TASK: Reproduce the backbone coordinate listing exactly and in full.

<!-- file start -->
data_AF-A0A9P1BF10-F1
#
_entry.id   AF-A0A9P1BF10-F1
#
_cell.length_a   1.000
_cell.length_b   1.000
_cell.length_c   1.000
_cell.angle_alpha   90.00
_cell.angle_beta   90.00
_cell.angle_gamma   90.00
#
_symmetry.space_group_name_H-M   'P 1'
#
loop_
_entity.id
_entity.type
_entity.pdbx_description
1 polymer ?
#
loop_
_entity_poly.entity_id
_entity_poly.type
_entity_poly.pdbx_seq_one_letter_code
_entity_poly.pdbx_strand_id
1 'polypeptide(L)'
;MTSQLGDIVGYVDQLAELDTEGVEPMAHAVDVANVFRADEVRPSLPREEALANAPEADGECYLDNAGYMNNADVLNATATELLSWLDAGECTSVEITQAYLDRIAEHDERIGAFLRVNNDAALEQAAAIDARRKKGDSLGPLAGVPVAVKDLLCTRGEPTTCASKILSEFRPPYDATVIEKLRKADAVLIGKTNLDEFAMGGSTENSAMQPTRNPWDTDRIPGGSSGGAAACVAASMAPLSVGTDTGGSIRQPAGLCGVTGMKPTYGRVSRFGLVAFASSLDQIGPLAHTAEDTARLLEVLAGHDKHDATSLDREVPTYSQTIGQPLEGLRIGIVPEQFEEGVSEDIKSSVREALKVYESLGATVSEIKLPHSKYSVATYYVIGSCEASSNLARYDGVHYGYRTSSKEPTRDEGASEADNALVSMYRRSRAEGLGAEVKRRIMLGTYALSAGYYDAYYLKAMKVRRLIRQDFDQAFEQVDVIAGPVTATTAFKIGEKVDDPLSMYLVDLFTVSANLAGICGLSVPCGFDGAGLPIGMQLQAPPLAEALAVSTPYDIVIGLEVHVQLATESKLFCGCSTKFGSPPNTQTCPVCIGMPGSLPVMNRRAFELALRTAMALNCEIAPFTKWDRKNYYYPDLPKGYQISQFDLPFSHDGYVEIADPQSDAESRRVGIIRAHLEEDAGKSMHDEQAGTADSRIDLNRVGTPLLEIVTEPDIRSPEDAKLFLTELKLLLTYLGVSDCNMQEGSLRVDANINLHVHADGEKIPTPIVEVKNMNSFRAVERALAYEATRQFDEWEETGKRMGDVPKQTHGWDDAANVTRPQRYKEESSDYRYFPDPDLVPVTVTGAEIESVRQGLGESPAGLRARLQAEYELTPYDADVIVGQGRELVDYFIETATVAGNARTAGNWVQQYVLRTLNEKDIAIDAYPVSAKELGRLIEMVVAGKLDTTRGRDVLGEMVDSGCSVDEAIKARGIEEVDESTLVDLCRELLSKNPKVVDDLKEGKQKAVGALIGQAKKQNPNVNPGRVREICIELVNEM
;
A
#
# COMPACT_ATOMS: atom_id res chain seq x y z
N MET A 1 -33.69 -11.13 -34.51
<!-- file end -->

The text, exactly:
data_AF-A0A9P1BF10-F1
#
_entry.id   AF-A0A9P1BF10-F1
#
_cell.length_a   1.000
_cell.length_b   1.000
_cell.length_c   1.000
_cell.angle_alpha   90.00
_cell.angle_beta   90.00
_cell.angle_gamma   90.00
#
_symmetry.space_group_name_H-M   'P 1'
#
loop_
_entity.id
_entity.type
_entity.pdbx_description
1 polymer ?
#
loop_
_entity_poly.entity_id
_entity_poly.type
_entity_poly.pdbx_seq_one_letter_code
_entity_poly.pdbx_strand_id
1 'polypeptide(L)'
;MTSQLGDIVGYVDQLAELDTEGVEPMAHAVDVANVFRADEVRPSLPREEALANAPEADGECYLDNAGYMNNADVLNATATELLSWLDAGECTSVEITQAYLDRIAEHDERIGAFLRVNNDAALEQAAAIDARRKKGDSLGPLAGVPVAVKDLLCTRGEPTTCASKILSEFRPPYDATVIEKLRKADAVLIGKTNLDEFAMGGSTENSAMQPTRNPWDTDRIPGGSSGGAAACVAASMAPLSVGTDTGGSIRQPAGLCGVTGMKPTYGRVSRFGLVAFASSLDQIGPLAHTAEDTARLLEVLAGHDKHDATSLDREVPTYSQTIGQPLEGLRIGIVPEQFEEGVSEDIKSSVREALKVYESLGATVSEIKLPHSKYSVATYYVIGSCEASSNLARYDGVHYGYRTSSKEPTRDEGASEADNALVSMYRRSRAEGLGAEVKRRIMLGTYALSAGYYDAYYLKAMKVRRLIRQDFDQAFEQVDVIAGPVTATTAFKIGEKVDDPLSMYLVDLFTVSANLAGICGLSVPCGFDGAGLPIGMQLQAPPLAEALAVSTPYDIVIGLEVHVQLATESKLFCGCSTKFGSPPNTQTCPVCIGMPGSLPVMNRRAFELALRTAMALNCEIAPFTKWDRKNYYYPDLPKGYQISQFDLPFSHDGYVEIADPQSDAESRRVGIIRAHLEEDAGKSMHDEQAGTADSRIDLNRVGTPLLEIVTEPDIRSPEDAKLFLTELKLLLTYLGVSDCNMQEGSLRVDANINLHVHADGEKIPTPIVEVKNMNSFRAVERALAYEATRQFDEWEETGKRMGDVPKQTHGWDDAANVTRPQRYKEESSDYRYFPDPDLVPVTVTGAEIESVRQGLGESPAGLRARLQAEYELTPYDADVIVGQGRELVDYFIETATVAGNARTAGNWVQQYVLRTLNEKDIAIDAYPVSAKELGRLIEMVVAGKLDTTRGRDVLGEMVDSGCSVDEAIKARGIEEVDESTLVDLCRELLSKNPKVVDDLKEGKQKAVGALIGQAKKQNPNVNPGRVREICIELVNEM
;
A
#
# COMPACT_ATOMS: atom_id res chain seq x y z
N MET A 1 -33.69 -11.13 -34.51